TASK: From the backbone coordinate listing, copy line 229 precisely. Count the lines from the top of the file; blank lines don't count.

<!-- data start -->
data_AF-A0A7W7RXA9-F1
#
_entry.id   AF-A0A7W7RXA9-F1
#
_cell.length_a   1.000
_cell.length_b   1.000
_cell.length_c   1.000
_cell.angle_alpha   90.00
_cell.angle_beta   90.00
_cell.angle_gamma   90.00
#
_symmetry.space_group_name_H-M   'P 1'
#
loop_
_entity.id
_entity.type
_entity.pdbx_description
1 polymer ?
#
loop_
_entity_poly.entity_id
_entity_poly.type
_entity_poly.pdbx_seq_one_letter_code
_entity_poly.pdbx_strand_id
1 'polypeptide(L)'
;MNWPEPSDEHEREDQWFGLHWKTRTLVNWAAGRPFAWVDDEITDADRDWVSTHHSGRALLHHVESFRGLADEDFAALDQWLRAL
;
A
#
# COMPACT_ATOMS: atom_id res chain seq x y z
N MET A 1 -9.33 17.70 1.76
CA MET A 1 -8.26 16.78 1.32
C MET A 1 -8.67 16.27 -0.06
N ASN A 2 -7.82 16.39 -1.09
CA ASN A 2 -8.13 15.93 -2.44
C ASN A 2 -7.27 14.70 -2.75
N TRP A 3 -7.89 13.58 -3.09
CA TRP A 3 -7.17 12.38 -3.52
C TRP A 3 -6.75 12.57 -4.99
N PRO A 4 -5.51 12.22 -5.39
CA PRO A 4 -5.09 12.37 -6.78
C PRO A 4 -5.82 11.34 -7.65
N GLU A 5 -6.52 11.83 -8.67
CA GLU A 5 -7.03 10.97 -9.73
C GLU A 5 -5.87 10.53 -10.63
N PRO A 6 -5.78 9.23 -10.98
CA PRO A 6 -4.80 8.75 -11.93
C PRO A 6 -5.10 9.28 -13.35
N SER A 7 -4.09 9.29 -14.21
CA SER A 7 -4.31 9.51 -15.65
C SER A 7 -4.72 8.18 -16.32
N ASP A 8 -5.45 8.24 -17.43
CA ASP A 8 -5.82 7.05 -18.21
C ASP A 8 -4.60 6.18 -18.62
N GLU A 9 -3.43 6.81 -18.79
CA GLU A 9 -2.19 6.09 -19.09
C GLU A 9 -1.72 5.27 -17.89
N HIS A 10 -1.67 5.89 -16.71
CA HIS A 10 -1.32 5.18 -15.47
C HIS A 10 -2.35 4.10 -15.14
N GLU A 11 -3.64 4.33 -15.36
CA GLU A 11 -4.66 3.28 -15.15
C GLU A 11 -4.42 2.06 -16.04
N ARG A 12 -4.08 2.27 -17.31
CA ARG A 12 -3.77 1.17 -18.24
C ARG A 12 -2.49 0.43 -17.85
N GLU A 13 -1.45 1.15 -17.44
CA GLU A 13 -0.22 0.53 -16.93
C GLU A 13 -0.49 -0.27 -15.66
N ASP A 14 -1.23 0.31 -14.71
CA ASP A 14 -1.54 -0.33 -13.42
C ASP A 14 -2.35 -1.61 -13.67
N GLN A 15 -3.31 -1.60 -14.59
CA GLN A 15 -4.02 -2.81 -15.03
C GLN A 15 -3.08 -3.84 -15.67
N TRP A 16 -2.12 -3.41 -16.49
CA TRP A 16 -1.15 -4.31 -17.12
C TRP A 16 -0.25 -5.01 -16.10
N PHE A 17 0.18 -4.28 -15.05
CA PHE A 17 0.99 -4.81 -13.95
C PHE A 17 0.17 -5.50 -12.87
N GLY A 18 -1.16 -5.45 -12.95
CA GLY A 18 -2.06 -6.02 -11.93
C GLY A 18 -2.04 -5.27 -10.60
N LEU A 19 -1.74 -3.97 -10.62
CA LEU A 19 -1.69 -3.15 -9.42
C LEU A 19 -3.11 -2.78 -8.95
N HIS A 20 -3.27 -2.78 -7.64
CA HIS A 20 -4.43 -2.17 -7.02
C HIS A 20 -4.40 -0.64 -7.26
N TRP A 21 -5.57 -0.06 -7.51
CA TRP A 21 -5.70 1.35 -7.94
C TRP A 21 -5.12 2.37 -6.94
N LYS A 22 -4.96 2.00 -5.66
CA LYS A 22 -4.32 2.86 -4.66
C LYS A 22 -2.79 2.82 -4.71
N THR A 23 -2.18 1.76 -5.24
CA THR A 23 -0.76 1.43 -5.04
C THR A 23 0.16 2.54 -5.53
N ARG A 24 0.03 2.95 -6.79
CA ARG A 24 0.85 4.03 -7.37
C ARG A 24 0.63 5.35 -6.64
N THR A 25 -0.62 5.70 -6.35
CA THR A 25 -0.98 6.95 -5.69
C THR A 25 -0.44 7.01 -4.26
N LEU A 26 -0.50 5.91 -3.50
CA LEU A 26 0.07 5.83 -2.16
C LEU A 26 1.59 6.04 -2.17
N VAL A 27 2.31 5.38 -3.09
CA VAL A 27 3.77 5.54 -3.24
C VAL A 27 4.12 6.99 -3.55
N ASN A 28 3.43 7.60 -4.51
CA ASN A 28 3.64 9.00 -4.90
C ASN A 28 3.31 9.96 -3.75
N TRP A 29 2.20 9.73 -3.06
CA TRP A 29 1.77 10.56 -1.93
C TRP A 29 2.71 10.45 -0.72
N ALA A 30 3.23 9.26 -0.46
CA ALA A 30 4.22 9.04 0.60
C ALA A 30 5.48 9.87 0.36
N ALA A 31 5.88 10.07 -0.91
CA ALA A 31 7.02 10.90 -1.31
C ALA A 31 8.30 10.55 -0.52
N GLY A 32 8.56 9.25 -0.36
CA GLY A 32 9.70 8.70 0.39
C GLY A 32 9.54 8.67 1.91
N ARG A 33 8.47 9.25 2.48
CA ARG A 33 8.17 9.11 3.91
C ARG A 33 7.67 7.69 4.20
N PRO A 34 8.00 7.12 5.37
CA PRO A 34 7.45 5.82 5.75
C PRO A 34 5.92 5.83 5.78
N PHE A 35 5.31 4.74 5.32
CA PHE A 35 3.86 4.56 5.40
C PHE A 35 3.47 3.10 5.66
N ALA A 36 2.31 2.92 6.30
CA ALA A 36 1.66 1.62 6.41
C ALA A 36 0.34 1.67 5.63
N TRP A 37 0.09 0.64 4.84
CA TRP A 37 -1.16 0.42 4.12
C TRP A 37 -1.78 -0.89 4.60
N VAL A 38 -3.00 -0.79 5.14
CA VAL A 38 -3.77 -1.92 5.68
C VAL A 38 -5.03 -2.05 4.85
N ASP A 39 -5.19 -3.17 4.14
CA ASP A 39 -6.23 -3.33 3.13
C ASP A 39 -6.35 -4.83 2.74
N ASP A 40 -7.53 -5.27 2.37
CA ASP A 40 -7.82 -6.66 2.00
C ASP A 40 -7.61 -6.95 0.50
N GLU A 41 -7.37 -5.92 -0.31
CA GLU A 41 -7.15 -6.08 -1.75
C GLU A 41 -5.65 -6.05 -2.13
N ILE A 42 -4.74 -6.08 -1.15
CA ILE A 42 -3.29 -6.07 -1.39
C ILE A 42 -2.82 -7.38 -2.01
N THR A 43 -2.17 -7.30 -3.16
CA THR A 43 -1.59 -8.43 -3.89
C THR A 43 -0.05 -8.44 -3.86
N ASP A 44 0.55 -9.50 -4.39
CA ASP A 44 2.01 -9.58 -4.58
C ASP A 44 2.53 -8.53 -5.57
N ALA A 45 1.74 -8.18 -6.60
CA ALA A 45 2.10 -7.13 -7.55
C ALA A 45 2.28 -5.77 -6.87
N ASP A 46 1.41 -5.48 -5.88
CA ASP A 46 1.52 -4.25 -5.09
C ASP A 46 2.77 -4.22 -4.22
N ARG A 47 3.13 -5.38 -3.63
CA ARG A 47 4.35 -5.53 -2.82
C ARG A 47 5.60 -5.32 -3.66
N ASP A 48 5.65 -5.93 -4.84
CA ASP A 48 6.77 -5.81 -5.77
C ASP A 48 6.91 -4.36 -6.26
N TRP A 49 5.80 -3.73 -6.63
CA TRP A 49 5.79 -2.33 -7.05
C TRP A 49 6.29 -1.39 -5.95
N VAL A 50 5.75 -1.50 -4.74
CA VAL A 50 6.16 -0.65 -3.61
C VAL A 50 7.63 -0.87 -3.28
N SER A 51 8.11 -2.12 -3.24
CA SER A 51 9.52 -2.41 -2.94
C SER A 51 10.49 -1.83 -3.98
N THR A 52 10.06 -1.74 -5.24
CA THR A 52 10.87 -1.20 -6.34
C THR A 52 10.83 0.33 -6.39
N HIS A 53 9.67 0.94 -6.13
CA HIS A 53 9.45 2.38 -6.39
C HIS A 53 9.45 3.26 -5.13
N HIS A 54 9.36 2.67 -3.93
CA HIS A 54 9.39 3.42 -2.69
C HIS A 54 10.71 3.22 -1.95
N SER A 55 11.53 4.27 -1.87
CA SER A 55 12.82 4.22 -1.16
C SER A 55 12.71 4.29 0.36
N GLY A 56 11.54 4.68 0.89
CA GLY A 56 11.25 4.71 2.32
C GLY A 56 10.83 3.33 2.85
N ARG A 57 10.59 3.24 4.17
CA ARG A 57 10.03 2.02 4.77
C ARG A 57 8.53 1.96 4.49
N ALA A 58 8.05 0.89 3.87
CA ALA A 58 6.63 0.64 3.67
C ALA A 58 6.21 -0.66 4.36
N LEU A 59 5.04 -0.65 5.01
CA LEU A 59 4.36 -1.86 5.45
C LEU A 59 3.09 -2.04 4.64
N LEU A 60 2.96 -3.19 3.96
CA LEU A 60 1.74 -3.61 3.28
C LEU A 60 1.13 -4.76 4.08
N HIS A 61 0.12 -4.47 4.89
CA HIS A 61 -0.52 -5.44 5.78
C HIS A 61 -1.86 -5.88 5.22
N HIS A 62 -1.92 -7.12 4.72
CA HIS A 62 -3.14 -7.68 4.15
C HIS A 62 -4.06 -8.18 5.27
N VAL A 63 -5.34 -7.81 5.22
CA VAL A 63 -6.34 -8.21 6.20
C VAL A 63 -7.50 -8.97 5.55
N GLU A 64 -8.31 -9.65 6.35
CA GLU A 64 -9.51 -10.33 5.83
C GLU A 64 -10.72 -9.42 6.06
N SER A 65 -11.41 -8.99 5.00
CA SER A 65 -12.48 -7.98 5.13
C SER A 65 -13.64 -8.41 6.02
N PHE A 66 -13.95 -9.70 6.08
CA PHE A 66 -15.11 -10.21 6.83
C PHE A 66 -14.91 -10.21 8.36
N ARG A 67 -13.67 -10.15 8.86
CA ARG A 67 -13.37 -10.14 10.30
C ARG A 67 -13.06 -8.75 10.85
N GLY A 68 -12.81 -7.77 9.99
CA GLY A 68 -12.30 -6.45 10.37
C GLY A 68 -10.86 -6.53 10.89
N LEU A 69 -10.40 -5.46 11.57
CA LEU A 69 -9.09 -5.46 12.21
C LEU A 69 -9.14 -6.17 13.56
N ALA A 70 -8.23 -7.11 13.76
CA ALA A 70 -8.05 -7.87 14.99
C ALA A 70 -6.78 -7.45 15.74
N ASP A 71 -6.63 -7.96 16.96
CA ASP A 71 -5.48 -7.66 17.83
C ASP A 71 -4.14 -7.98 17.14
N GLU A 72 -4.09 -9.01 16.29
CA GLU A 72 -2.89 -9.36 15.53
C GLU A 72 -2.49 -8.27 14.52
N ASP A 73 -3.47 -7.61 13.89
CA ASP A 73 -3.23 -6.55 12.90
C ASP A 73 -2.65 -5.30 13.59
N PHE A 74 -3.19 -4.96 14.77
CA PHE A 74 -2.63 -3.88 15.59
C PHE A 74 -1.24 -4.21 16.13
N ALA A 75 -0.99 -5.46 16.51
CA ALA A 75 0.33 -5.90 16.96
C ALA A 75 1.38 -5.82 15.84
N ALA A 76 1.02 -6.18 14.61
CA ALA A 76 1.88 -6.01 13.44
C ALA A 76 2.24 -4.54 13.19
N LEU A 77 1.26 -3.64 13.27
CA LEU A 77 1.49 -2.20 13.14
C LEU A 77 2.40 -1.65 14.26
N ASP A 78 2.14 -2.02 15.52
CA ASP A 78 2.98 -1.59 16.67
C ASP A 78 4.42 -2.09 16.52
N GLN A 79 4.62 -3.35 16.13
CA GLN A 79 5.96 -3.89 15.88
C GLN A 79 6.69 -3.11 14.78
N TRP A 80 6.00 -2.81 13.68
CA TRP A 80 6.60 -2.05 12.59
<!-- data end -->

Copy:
N ARG A 67 -13.67 -10.15 8.86